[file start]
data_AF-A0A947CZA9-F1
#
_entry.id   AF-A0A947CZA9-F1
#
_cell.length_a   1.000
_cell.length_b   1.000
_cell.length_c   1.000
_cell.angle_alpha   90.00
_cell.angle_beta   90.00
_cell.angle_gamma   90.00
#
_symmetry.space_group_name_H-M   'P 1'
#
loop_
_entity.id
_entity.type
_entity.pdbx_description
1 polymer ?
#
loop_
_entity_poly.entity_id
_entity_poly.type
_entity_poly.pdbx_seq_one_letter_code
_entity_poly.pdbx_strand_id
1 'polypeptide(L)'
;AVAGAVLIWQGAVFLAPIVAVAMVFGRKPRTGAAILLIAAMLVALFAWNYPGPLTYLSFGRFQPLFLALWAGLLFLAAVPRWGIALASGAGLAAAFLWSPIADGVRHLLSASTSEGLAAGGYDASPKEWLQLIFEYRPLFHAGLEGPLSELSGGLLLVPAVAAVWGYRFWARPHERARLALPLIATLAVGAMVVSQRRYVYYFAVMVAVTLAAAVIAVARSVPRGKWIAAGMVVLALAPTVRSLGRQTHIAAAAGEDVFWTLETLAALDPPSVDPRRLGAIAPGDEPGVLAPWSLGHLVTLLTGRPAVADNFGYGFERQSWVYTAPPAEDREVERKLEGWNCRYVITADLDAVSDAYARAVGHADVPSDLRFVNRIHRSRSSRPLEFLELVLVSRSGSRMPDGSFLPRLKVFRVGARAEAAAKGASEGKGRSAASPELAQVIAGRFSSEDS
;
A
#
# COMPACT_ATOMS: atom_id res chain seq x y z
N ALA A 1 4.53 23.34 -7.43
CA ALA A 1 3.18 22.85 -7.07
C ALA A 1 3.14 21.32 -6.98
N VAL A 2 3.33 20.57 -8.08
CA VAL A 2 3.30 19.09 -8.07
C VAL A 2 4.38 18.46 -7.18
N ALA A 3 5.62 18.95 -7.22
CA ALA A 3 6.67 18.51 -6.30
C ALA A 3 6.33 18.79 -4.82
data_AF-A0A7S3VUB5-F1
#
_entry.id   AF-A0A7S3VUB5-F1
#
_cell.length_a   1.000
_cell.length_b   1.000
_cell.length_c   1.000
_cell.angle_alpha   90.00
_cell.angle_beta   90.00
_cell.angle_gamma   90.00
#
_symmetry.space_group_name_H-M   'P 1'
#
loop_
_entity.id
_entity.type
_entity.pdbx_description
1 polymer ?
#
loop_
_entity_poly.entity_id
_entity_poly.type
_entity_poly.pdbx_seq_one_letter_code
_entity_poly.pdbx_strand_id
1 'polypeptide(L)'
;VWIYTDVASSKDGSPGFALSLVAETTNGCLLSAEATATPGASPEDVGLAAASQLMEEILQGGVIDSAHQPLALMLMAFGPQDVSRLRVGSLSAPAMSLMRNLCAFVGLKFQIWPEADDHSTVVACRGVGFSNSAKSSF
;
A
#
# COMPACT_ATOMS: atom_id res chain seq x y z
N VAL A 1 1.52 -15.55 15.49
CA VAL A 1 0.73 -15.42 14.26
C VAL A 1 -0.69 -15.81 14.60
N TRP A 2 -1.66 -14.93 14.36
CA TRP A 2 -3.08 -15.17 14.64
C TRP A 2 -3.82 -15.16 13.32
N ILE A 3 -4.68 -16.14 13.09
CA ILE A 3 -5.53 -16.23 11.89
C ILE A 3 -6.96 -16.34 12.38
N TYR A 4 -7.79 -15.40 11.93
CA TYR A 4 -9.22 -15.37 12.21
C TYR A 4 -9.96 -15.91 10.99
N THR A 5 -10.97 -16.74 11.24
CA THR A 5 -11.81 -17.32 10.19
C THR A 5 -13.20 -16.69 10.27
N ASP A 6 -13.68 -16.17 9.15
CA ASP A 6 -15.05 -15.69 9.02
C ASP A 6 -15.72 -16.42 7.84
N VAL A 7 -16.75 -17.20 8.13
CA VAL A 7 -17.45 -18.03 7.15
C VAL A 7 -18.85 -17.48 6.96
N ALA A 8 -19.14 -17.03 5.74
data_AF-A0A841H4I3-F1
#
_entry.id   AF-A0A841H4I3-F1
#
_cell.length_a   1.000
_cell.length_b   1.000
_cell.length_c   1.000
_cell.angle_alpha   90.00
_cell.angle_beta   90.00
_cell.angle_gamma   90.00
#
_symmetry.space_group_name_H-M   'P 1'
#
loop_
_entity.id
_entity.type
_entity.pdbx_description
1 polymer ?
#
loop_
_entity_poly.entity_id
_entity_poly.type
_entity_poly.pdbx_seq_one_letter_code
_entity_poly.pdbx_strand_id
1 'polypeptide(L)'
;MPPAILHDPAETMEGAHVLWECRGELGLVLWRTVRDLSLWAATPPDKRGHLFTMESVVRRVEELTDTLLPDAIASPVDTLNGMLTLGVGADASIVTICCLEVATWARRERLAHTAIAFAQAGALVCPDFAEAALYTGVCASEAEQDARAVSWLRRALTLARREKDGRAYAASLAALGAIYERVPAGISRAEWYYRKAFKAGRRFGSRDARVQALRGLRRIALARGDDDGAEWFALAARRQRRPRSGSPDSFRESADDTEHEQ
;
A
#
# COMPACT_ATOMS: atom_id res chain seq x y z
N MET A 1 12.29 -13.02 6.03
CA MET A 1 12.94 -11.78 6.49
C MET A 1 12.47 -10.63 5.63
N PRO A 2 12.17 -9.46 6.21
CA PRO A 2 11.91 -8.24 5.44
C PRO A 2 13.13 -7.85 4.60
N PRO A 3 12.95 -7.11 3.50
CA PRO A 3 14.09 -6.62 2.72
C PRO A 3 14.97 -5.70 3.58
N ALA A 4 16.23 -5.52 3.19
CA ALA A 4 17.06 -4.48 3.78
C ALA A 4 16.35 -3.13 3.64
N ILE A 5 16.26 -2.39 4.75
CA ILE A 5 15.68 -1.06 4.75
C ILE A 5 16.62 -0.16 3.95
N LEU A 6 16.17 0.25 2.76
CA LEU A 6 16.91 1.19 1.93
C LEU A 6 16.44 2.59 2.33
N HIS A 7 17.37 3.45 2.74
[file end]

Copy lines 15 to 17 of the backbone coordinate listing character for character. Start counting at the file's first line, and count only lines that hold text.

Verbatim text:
_entity.id
_entity.type
_entity.pdbx_description